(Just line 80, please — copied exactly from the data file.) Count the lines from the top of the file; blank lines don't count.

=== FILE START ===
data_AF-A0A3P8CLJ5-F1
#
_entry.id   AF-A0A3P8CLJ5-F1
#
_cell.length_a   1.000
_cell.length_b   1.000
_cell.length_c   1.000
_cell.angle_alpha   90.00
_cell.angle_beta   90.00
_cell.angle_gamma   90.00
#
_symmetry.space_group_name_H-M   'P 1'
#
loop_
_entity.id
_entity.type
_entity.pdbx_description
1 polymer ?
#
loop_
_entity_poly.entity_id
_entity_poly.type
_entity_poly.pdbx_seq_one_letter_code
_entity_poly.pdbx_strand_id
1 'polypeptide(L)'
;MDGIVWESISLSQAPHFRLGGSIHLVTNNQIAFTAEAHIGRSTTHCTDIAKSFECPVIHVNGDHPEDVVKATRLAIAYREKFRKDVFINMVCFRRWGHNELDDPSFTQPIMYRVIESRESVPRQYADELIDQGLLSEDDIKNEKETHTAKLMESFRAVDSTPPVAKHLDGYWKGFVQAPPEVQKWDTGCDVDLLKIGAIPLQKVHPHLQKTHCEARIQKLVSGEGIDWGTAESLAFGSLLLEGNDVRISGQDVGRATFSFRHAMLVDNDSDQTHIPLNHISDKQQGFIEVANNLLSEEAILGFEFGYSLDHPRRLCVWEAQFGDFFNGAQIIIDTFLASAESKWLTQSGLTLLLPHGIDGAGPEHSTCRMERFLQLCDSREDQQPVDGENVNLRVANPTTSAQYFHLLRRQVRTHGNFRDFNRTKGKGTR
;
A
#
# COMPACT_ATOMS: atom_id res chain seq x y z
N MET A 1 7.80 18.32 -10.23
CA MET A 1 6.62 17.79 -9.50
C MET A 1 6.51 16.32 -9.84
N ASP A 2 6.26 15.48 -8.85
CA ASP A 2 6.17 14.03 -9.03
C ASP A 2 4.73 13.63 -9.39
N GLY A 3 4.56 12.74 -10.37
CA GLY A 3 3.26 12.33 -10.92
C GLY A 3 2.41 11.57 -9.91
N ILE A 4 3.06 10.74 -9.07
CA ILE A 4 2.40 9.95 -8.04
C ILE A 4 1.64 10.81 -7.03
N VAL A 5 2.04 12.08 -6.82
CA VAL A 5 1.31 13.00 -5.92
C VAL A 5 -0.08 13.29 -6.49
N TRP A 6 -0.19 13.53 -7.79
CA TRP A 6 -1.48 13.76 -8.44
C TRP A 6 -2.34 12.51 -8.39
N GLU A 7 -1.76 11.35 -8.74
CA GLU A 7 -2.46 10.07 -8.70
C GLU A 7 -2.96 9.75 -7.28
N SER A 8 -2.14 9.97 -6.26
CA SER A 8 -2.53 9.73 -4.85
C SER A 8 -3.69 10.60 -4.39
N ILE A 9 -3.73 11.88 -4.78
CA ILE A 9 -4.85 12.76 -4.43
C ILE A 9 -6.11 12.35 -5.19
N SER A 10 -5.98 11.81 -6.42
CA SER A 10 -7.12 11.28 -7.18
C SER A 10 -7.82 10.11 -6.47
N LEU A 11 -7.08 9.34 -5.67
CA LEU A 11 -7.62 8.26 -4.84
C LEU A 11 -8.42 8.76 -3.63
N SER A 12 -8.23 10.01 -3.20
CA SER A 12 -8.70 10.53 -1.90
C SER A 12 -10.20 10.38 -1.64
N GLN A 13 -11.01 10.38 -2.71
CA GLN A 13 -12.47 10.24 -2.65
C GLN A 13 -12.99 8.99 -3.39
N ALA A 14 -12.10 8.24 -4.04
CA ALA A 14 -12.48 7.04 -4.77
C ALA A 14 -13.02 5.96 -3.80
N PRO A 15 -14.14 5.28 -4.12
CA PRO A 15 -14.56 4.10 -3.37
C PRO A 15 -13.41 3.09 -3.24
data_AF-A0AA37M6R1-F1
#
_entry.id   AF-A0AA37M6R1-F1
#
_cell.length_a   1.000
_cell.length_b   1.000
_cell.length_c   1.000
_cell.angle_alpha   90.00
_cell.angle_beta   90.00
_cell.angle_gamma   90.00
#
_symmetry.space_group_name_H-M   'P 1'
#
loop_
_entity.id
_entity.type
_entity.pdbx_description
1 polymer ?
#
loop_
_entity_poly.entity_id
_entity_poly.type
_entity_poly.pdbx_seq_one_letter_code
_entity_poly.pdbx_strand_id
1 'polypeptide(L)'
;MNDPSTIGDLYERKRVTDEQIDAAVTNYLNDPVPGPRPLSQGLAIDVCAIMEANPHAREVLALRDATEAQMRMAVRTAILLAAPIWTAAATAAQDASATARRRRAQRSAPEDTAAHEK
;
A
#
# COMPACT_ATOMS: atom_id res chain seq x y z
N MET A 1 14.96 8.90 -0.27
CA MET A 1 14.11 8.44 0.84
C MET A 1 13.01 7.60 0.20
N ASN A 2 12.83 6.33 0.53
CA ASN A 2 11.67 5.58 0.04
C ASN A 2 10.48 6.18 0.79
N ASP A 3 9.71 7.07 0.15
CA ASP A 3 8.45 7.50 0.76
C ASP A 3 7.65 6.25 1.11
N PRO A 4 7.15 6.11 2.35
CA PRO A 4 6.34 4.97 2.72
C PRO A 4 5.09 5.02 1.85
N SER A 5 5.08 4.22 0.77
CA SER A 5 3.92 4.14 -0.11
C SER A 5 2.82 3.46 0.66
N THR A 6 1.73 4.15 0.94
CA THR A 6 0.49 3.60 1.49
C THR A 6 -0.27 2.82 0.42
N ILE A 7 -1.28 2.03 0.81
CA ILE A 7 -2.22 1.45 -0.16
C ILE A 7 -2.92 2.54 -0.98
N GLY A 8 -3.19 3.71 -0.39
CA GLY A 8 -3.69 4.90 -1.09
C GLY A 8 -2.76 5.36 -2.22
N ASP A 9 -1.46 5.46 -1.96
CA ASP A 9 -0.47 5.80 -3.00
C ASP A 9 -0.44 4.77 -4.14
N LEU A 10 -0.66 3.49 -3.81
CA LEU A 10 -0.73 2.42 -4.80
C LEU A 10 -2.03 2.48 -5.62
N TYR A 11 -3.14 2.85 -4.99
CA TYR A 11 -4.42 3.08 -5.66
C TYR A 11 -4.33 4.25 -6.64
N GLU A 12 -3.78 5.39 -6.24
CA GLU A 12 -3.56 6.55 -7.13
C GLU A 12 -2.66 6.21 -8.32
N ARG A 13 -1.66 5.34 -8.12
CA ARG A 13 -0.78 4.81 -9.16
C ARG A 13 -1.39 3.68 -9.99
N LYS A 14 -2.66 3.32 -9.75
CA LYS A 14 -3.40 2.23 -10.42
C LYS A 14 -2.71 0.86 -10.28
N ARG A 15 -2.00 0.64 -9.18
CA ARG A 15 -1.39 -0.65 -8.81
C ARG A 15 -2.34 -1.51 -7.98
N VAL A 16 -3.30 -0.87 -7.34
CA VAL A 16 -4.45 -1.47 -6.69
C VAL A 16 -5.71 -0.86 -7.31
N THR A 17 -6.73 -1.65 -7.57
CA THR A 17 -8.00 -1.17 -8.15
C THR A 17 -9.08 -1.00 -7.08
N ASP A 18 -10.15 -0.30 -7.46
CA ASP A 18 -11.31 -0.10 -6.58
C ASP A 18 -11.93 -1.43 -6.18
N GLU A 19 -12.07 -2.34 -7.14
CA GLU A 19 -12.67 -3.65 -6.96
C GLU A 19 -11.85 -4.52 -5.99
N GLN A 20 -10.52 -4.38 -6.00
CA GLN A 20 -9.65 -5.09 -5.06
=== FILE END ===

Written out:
_cell.length_a   1.000